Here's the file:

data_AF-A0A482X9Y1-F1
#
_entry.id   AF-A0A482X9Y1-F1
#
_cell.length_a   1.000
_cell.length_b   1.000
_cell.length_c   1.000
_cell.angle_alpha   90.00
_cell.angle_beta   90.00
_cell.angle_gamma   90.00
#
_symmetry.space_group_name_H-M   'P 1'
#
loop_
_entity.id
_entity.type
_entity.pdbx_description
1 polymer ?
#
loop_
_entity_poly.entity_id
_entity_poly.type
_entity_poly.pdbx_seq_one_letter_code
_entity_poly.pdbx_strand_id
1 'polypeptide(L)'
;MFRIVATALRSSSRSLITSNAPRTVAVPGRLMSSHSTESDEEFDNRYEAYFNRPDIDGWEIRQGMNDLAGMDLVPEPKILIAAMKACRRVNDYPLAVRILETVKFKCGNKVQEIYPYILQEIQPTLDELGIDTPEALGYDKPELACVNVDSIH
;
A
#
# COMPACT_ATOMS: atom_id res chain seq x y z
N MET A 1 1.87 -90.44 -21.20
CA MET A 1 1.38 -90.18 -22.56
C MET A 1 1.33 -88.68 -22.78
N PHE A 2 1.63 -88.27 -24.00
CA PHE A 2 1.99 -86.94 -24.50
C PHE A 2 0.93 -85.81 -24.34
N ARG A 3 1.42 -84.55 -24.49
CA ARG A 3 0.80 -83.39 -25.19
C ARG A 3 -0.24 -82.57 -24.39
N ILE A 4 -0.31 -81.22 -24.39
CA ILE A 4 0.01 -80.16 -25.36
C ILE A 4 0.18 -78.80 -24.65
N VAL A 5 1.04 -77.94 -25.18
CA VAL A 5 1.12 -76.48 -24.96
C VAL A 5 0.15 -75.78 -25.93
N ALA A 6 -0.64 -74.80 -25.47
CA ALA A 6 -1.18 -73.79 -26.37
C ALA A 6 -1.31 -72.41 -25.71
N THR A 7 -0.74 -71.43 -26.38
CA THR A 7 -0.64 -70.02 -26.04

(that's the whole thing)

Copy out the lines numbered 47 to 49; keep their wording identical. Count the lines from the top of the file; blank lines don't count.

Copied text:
CA ALA A 6 -1.18 -73.79 -26.37
C ALA A 6 -1.31 -72.41 -25.71
N THR A 7 -0.74 -71.43 -26.38